Essay: Are The Warriors Beggars Or Choosers?
“I think we’re going to explore consolidating, looking at various trade possibilities,” [Warriors General Manager Bob] Myers said. “And that’s the nice thing about having the assets that we have going into this draft. You get in a room with guys like Jerry West, myself, our coaches … now we have the ability to put on the whiteboard endless possibilities as to what we can do. And that’s a good feeling.”
Sitting in the shadows of one of the sketchiest tank jobs in recent NBA history, Joe Lacob, owner of the Golden State Warriors, had his jaw muscles clenched and his knuckles ghostly white as he waited to hear whether or not his team would be forfeiting the draft’s #7 pick to Utah. Karma was sitting on the roof with a sniper, but Lacob had something even more powerful temporarily shielding him: great odds.
The pick was top seven protected. The Warriors lost three of their final 19 games and won a coin flip tiebreaker with Toronto for the seventh spot. Before the ping pong balls were plucked, on Wednesday night they had a 72 percent chance of keeping the pick. Keep it they did.
(For those who don’t believe Golden State tanked, just stop. It’s been written about in extensive detail from several respected outlets, but here’s even more proof. The Warriors squared off against eventual lottery winner New Orleans in their 65th game of the season with a starting lineup of Charles Jenkins, Jeremy Tyler, Mickell Gladness, Klay Thompson, and 20 minutes of Richard Jefferson. If that isn’t tanking, I don’t know what is.)
I’m not one to hate a player participating in a crooked game, but there was something “wrong” with watching the Warriors walk away with a draft pick they probably didn’t “deserve”. Instead of being in the business of building a team, the Warriors are star gazers, and right now they’re reportedly trying to mutate from beggars into choosers, dangling their high draft pick in exchange for someone who’s either already worn an All-Star jersey or appears destined to in the near future.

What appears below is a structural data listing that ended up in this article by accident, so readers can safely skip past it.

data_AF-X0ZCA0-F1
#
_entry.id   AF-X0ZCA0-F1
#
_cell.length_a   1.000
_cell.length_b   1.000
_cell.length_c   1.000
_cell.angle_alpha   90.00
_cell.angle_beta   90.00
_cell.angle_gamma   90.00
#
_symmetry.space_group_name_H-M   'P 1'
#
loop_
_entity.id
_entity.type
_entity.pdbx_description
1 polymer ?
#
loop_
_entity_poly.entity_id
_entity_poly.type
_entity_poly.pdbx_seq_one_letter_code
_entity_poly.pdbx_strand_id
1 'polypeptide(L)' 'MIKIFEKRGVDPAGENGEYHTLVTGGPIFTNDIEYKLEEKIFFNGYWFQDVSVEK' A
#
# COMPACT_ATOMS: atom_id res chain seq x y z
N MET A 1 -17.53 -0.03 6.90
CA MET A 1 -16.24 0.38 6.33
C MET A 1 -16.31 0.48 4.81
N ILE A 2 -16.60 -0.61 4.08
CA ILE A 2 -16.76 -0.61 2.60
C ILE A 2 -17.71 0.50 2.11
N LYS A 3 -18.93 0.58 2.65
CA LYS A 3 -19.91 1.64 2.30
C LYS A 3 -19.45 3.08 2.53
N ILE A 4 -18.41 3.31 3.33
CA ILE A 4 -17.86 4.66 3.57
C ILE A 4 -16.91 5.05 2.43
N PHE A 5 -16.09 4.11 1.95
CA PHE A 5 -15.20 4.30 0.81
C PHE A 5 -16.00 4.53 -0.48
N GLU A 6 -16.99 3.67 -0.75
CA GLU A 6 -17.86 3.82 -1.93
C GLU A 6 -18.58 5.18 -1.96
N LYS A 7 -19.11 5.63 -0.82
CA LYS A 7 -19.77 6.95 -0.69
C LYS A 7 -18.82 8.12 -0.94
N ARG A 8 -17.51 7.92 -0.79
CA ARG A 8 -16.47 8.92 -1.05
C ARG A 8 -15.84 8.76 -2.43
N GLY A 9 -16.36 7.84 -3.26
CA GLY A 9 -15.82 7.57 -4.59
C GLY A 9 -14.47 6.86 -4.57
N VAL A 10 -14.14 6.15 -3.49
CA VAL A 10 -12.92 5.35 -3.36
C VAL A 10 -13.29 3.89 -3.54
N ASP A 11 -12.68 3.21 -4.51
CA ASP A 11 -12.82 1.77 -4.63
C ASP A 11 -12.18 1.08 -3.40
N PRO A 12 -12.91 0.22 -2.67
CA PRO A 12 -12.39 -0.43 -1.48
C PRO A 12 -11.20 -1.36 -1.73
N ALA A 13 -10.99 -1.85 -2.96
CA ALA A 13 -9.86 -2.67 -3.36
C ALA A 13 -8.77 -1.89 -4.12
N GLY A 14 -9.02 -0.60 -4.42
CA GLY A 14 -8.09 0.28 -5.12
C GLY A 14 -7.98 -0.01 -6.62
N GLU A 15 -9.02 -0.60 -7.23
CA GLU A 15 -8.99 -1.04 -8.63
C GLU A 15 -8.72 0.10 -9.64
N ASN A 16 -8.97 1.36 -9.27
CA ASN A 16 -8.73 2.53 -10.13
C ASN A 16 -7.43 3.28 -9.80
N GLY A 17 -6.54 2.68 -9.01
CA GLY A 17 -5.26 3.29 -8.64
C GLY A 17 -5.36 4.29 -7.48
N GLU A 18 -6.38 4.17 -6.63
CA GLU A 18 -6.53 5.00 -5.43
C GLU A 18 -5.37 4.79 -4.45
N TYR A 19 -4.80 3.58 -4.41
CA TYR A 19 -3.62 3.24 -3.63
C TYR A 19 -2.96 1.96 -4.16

Along with the seventh pick, Golden State is slotted to make three more selections on draft night. This all but guarantees an imminent trade, and a few players who they’re supposedly interested in would instantly improve the team: Andre Iguodala, Rudy Gay, Danny Granger, and Josh Smith to name a few. I’m not sure if the Sixers, Grizzlies, Pacers, or Hawks are interested in entering the lottery, but one might assume in the case of Memphis and Philadelphia, they’d like to get out of paying those hefty contracts. I’m not sure Indiana would be interested in parting ways with Granger, as he’s the toughest presence on a young, up and coming team that appears to be relevant for awhile. Imagine a starting lineup of Steph Curry, Klay Thompson, [Gay/Iguodala], David Lee, and Andrew Bogut. Then there’s Richard Jefferson, Andris Biedrins, and Dorell Wright coming off the bench. Not too shabby.
So, if you’re the Warriors, which one of those guys would you most like to acquire. Well, if you’re serious about defending, as Mark Jackson claims he is, the obvious answer is Andre Iguodala. But if you want the younger, flashier, sexier, more exciting player, Rudy Gay would be a nice addition. With Iguodala, the other four starters already set to go wouldn’t have to adjust their own roles. Steph Curry would be the score first point guard, Thompson could continue his development as a deadly three-point shooter, David Lee could focus on getting his 18 and 8, and Bogut could thrive on the glass and as a rim protector with toned down expectations. Put Rudy Gay in there things get a bit screwy. He’s a talented player, but his primary form of contribution comes when the ball is in his hands. He has no valid reputation on defense, and I’m not sure he makes any of his teammate’s lives easier.
If the Warriors don’t end up moving their pick, they could still select a pretty good (yet non-established) player to start at small forward, or (gulp) sub in for Richard Jefferson. Who knows, maybe someone like Terrence Jones or Harrison Barnes could slide right in on a team that wouldn’t need all that much for that rookie season. It’s a tough decision to make, but if you’re a Golden State franchise attempting to win now with very little patience, bringing on a massive contract could blow up in their face no matter who it is they bring in.